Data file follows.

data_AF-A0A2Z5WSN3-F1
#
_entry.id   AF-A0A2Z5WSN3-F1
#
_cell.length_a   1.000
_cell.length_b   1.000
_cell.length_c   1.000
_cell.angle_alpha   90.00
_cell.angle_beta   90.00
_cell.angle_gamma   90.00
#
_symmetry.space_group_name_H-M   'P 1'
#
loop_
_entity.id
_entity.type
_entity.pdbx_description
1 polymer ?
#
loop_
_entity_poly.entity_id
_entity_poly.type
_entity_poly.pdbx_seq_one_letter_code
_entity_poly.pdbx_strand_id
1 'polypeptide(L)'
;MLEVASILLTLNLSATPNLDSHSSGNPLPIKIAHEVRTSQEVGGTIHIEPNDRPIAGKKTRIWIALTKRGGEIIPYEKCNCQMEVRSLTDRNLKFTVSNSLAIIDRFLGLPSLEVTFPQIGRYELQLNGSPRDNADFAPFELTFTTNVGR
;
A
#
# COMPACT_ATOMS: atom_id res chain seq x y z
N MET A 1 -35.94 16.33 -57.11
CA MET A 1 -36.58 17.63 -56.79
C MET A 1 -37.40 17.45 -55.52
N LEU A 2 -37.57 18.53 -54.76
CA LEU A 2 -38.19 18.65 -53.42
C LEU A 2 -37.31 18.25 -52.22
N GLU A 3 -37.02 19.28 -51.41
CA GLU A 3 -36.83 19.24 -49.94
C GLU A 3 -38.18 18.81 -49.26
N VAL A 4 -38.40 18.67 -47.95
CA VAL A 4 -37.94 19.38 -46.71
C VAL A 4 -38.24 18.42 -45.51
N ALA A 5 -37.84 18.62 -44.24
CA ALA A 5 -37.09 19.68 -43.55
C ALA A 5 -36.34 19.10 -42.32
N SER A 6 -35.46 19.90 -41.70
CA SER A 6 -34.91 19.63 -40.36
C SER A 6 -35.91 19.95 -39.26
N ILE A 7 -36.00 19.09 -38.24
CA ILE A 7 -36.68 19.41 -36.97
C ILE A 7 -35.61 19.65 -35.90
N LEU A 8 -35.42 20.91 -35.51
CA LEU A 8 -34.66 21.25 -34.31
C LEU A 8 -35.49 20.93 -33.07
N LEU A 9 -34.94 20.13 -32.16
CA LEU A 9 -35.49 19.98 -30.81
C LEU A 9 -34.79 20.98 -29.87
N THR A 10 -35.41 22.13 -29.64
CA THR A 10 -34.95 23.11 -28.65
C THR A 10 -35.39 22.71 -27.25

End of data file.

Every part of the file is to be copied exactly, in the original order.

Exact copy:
data_AF-A0A2Z5WSN3-F1
#
_entry.id   AF-A0A2Z5WSN3-F1
#
_cell.length_a   1.000
_cell.length_b   1.000
_cell.length_c   1.000
_cell.angle_alpha   90.00
_cell.angle_beta   90.00
_cell.angle_gamma   90.00
#
_symmetry.space_group_name_H-M   'P 1'
#
loop_
_entity.id
_entity.type
_entity.pdbx_description
1 polymer ?
#
loop_
_entity_poly.entity_id
_entity_poly.type
_entity_poly.pdbx_seq_one_letter_code
_entity_poly.pdbx_strand_id
1 'polypeptide(L)'
;MLEVASILLTLNLSATPNLDSHSSGNPLPIKIAHEVRTSQEVGGTIHIEPNDRPIAGKKTRIWIALTKRGGEIIPYEKCNCQMEVRSLTDRNLKFTVSNSLAIIDRFLGLPSLEVTFPQIGRYELQLNGSPRDNADFAPFELTFTTNVGR
;
A
#
# COMPACT_ATOMS: atom_id res chain seq x y z
N MET A 1 -35.94 16.33 -57.11
CA MET A 1 -36.58 17.63 -56.79
C MET A 1 -37.40 17.45 -55.52
N LEU A 2 -37.57 18.53 -54.76
CA LEU A 2 -38.19 18.65 -53.42
C LEU A 2 -37.31 18.25 -52.22
N GLU A 3 -37.02 19.28 -51.41
CA GLU A 3 -36.83 19.24 -49.94
C GLU A 3 -38.18 18.81 -49.26
N VAL A 4 -38.40 18.67 -47.95
CA VAL A 4 -37.94 19.38 -46.71
C VAL A 4 -38.24 18.42 -45.51
N ALA A 5 -37.84 18.62 -44.24
CA ALA A 5 -37.09 19.68 -43.55
C ALA A 5 -36.34 19.10 -42.32
N SER A 6 -35.46 19.90 -41.70
CA SER A 6 -34.91 19.63 -40.36
C SER A 6 -35.91 19.95 -39.26
N ILE A 7 -36.00 19.09 -38.24
CA ILE A 7 -36.68 19.41 -36.97
C ILE A 7 -35.61 19.65 -35.90
N LEU A 8 -35.42 20.91 -35.51
CA LEU A 8 -34.66 21.25 -34.31
C LEU A 8 -35.49 20.93 -33.07
N LEU A 9 -34.94 20.13 -32.16
CA LEU A 9 -35.49 19.98 -30.81
C LEU A 9 -34.79 20.98 -29.87
N THR A 10 -35.41 22.13 -29.64
CA THR A 10 -34.95 23.11 -28.65
C THR A 10 -35.39 22.71 -27.25